'It's a market that takes in people's perceptions of the races and comes out with a price':
Tens of thousands of Americans are putting money where their mouths are by betting thousands of dollars on who will win elections.
Jason Pipkin is one of those bettors. He says overall, he's deposited about $5,000, but from betting on the ballot, he's turned that $5,000 deposit into a $450,000 profit.
"It's the kind of thing where if you're into this stuff, and you're willing to follow the news and you have a decent head for numbers, you can get good at it," Pipkin said.
Most political bettors do this as a side gig, but Pipkin says he's gambling full-time after leaving his job in neuroscience research.
He says he's making bets in Georgia.
Betting on Georgia
"So right now, I'm betting on Walker, but you know, last week I was on Warnock," Pipkin said.
He uses one of the most popular sites to trade on here in the U.S., PredictIt.
"It's grown enormously in popularity," said Ethan Rosen, assistant director of PredictIt.
Rosen says folks are betting heavily on Georgia's races like the governor's race where over 500,000 shares have been traded with Governor Brian Kemp holding a hefty lead over Democrat Stacey Abrams.
Even more are betting it all on Georgia's U.S. Senate race.
Over 1.9 million shares traded on who will win -- Democrat Incumbent Senator Raphael Warnock or Republican Herschel Walker.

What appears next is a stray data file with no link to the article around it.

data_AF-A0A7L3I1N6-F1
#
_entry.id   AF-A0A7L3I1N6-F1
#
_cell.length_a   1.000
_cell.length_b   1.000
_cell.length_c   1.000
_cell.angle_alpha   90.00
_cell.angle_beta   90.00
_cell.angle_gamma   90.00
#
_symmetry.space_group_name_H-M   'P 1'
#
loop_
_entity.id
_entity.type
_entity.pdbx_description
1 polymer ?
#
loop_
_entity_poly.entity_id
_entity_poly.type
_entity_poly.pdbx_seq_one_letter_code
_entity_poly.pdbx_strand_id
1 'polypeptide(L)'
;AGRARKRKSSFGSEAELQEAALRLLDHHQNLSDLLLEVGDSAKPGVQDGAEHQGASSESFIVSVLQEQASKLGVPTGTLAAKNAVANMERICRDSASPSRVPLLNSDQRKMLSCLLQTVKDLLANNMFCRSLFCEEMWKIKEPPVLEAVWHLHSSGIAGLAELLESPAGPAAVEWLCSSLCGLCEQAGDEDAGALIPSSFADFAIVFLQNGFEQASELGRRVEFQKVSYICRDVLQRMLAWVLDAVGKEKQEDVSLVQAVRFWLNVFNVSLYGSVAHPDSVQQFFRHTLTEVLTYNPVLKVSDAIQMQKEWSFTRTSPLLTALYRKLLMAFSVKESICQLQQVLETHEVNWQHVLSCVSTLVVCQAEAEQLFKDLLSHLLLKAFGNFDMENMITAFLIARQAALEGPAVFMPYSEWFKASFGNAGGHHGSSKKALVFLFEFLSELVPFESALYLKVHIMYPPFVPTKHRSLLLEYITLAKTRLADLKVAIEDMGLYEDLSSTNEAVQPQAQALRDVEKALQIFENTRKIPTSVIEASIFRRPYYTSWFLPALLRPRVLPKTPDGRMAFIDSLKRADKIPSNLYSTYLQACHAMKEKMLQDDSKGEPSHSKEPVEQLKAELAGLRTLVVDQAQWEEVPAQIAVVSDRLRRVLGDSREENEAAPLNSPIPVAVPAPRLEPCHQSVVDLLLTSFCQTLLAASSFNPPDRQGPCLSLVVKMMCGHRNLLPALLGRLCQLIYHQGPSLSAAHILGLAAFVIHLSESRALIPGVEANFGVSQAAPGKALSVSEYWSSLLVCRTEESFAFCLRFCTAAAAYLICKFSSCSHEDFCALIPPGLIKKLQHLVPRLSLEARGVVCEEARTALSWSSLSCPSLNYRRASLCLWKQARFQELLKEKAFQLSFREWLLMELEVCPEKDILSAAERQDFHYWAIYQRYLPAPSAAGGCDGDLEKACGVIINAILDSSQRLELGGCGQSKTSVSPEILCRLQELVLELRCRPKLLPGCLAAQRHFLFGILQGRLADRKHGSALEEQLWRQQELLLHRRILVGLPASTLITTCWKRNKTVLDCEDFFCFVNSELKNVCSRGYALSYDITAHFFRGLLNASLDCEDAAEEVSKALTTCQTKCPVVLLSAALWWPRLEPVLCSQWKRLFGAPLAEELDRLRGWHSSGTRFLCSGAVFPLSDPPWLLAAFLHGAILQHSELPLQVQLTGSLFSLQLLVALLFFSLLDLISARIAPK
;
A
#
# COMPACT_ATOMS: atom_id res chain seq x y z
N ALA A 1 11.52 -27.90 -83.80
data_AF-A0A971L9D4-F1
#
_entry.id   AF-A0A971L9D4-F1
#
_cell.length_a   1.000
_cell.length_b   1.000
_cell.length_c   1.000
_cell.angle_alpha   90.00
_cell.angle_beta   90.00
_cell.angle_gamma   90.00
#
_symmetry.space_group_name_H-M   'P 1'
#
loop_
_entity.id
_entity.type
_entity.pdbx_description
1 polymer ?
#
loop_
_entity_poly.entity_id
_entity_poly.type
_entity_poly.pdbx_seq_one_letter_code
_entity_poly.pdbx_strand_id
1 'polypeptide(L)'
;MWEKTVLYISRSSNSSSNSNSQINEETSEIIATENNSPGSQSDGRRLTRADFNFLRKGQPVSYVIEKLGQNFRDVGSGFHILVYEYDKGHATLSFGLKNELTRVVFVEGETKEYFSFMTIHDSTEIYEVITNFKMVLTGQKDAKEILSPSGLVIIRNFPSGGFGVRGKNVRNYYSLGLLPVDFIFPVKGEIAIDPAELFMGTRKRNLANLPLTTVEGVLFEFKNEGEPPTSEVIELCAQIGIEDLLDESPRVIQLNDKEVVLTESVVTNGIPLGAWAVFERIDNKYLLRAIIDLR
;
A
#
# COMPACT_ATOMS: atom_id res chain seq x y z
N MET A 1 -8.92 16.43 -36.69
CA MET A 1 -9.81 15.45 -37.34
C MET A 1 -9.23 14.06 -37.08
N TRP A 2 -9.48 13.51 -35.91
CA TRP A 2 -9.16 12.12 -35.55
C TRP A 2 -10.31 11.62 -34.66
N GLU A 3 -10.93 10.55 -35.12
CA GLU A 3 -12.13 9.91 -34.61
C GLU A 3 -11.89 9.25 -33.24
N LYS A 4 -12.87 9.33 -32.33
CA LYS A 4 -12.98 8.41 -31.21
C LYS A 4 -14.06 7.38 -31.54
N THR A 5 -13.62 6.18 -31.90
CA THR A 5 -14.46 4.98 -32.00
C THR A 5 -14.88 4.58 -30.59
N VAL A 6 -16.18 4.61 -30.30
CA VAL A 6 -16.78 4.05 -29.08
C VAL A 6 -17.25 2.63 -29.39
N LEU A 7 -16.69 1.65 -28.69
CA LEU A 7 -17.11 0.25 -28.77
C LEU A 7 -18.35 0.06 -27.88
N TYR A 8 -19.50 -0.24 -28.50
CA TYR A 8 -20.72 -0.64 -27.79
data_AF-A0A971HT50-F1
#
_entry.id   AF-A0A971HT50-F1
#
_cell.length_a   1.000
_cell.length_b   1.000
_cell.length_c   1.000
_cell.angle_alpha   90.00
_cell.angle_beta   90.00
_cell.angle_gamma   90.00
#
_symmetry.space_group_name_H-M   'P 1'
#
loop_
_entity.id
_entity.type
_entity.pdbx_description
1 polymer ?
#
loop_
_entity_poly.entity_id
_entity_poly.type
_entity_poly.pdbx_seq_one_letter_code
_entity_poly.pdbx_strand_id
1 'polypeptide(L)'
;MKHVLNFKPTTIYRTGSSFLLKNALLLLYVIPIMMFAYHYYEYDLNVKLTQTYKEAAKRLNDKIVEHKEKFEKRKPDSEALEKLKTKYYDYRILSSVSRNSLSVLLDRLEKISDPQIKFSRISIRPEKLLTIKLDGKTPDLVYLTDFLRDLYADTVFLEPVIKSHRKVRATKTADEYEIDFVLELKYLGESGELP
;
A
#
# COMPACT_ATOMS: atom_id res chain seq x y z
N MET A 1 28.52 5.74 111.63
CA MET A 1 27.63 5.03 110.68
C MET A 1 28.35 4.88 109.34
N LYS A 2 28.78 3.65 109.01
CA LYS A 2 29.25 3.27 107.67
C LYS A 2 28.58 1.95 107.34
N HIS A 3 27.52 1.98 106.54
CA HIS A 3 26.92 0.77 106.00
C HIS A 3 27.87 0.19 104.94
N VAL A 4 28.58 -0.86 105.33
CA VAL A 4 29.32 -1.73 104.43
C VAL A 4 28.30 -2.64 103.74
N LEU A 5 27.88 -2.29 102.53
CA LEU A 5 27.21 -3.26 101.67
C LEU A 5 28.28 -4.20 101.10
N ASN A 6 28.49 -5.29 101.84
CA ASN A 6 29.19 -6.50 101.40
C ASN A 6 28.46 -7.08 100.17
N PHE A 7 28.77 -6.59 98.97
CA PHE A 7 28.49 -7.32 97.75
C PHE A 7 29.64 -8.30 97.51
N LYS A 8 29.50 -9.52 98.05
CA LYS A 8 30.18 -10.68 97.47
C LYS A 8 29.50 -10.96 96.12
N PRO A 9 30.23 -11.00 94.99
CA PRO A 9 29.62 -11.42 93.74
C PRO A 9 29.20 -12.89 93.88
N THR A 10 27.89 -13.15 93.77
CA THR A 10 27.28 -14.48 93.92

"These are two of the more interesting races that I've seen, in part because PredictIt traders think that there's going to be a high amount of ticket splitting, meaning people who vote for both Kemp and Warnock," Rosen said.
But how does it work? Here's the deal.
Political betting runs on a prediction market. The cost of a single share changes constantly with the market by how folks are betting.
"It's a market that takes in people's perceptions of the races and comes out with a price that corresponds to probability," Rosen said.
For example, when Pipkin and I talked, more were betting on Senator Warnock winning with a single share in his favor costing 64 cents.
"So if you want to bet on him to win, you would pay 64 cents per share, so if you come in with 64 cents, you get one share. If you win, that share is worth $1. If you lose, it's worth nothing, and in between now and that happening, winning or losing, you can sell that trade for a small profit or a small loss," Pipkin said.
But especially in races like this, Pipkin and Rosen say bettors have to play their cards right--by doing the research and reacting quickly to headlines.
For instance, the market for Georgia's U.S. Senate race changed within hours after the report that Herschel Walker allegedly paid for his then-girlfriend's abortion.
"PredictIt moved 10 cents that night," Rosen said.
"And then when his son Christian started tweeting about it... It really moved, so it went all the way to 65-35," Pipkin said.
"Because as the information was coming in, people were making predictions on how it would impact the race in the future," Rosen said.
"When people have skin in the game, they tend to do more research and to make more reasoned opinions," Rosen said.
"When you have money on the line, it really sobers you up and forces you to assess the situation as rational and as purely as you can," Pipkin said.
Is it legal to bet on the ballot?
Online political betting has been outlawed in the U.S. However, it's not illegal for folks to use PredictIt. The site secured a no-action letter from the Division of Market Oversight of the Commodity Futures Trading Commission in 2014.
This midterm election could be American political bettors' last hurrah. The CFTC revoked the letter in August because the federal agency alleged the site wasn’t complying with the terms it had agreed to abide by. Now, PredictIt could be forced to shut down by February 2023.